[W]e’ve gotten in trouble with the calm and level headed management over at the Dish because we thought it was worth explaining why, as a matter of political reality, so many Americans are unshocked by what so many people around the world see as unacceptable Israeli violence in Gaza. We pointed to a long established tradition in American culture and political thought—one of four described in Special Providence: American Foreign Policy and How It Changed The World. This tradition believes that when a country or its citizens is attacked it has the right and even the duty to crush the offenders without regard to what defenders of just war theory consider the proper limits of force. The VM piece—like the book on whose analysis it is based—didn’t endorse this approach but tried to show dispassionately and clearly what it is, how it works and why, to those who think this way, it makes sense.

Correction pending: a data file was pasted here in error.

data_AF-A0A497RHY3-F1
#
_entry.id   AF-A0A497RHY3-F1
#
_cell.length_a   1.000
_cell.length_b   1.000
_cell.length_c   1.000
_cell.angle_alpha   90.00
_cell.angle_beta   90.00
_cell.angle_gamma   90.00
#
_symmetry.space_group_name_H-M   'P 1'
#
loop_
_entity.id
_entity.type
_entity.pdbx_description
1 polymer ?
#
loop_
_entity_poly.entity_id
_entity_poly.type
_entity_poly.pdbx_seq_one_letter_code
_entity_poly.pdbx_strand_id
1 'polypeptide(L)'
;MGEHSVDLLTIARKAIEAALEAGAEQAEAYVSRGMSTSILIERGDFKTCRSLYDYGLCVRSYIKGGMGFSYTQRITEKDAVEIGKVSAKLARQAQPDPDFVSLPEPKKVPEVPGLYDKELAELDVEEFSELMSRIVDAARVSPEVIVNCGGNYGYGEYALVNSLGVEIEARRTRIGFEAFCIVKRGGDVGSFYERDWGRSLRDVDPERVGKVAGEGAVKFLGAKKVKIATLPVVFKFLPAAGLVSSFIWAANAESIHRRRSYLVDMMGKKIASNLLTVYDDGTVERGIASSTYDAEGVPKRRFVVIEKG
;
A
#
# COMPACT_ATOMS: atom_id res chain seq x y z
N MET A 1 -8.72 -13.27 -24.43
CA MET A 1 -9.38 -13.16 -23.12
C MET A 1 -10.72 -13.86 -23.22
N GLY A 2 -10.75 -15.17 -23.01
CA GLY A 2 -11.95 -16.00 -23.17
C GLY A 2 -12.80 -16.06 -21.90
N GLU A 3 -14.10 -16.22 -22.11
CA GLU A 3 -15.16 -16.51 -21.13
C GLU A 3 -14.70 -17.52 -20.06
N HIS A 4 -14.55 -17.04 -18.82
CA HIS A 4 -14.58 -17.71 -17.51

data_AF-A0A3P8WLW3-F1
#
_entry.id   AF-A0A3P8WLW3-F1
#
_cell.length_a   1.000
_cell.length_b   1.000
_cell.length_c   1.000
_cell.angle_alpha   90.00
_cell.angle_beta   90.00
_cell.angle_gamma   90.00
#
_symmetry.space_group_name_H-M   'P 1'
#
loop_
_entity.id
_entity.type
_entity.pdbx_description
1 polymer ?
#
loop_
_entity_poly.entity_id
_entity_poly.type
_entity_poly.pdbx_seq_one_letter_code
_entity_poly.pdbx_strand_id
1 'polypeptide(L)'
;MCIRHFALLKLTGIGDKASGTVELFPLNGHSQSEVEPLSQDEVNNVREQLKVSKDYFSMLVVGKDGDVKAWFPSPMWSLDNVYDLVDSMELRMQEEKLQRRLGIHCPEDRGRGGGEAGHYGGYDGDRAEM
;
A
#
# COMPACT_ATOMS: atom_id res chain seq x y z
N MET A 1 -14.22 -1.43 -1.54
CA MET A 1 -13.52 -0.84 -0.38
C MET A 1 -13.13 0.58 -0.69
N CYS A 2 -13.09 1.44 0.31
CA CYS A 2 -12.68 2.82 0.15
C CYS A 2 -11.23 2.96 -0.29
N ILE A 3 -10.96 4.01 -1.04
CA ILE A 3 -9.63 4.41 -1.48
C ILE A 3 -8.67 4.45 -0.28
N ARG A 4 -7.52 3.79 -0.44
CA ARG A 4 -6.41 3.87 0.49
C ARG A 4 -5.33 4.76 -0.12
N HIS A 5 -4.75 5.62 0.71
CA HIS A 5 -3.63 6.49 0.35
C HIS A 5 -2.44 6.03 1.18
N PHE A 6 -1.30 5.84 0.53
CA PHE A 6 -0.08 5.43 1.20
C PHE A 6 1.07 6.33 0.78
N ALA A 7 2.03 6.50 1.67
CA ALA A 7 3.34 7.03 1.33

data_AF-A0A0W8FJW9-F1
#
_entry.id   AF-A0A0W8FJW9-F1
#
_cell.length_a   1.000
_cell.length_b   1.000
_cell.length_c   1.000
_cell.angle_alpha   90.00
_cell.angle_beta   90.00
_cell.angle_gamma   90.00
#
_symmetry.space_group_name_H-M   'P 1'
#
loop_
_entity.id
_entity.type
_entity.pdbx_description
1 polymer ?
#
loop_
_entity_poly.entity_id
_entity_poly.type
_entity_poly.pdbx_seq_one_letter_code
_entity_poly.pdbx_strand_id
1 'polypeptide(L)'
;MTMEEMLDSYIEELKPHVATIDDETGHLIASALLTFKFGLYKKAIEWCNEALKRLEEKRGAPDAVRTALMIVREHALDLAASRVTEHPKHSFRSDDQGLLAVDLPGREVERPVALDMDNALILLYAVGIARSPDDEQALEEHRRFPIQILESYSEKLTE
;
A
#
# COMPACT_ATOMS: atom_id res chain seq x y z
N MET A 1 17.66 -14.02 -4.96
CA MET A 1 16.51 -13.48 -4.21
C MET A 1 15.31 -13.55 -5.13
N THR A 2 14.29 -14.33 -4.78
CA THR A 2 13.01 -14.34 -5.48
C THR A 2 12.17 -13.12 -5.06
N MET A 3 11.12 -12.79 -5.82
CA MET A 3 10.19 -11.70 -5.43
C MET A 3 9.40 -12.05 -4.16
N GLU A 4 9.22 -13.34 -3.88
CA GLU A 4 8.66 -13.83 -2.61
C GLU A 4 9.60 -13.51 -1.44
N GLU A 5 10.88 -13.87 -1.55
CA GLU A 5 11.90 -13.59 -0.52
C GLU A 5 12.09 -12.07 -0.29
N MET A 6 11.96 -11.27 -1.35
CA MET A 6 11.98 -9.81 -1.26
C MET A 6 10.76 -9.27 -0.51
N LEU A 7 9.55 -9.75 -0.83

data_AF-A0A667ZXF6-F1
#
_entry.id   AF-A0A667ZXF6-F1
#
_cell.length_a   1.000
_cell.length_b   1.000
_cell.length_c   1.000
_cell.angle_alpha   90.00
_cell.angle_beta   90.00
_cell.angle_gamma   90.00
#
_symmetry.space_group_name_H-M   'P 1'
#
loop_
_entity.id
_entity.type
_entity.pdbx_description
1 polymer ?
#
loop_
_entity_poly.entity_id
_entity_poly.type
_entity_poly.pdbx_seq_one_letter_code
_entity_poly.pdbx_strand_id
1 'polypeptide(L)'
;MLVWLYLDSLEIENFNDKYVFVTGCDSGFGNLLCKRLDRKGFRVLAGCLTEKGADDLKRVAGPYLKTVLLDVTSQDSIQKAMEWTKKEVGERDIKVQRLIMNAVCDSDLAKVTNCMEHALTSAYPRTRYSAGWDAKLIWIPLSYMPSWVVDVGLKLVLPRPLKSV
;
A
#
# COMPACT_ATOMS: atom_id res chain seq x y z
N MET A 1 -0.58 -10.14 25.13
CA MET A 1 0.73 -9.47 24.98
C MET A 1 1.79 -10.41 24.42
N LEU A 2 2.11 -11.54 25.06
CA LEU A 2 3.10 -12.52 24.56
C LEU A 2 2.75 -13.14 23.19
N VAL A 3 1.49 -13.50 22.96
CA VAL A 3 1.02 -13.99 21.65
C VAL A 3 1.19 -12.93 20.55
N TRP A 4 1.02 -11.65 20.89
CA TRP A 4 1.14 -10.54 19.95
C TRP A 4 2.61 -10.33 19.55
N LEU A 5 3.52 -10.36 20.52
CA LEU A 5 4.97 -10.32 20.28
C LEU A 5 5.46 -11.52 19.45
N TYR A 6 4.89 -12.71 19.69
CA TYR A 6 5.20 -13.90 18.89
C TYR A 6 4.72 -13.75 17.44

Just go read the original piece and see if you believe that Mead is merely describing and analyzing rather than endorsing Jacksonian mass violence. You may also notice that Mead does not actually link to that piece in his rebuttal (a revealing omission when you are defending your own argument). As one reviewer put it of one of his books, he offers a "robust celebration of Jacksonianism as it historically was … an admiring portrait of a tough, xenophobic folk community, ruthless to outsiders or deserters, rigid in its codes of honour and violence". And that's why he loves Greater Israel: its ruthlessness, contempt for just warfare as developed in European civilization, and its barbaric doctrine of creating "deterrence" by mass murder and a stifling blockade.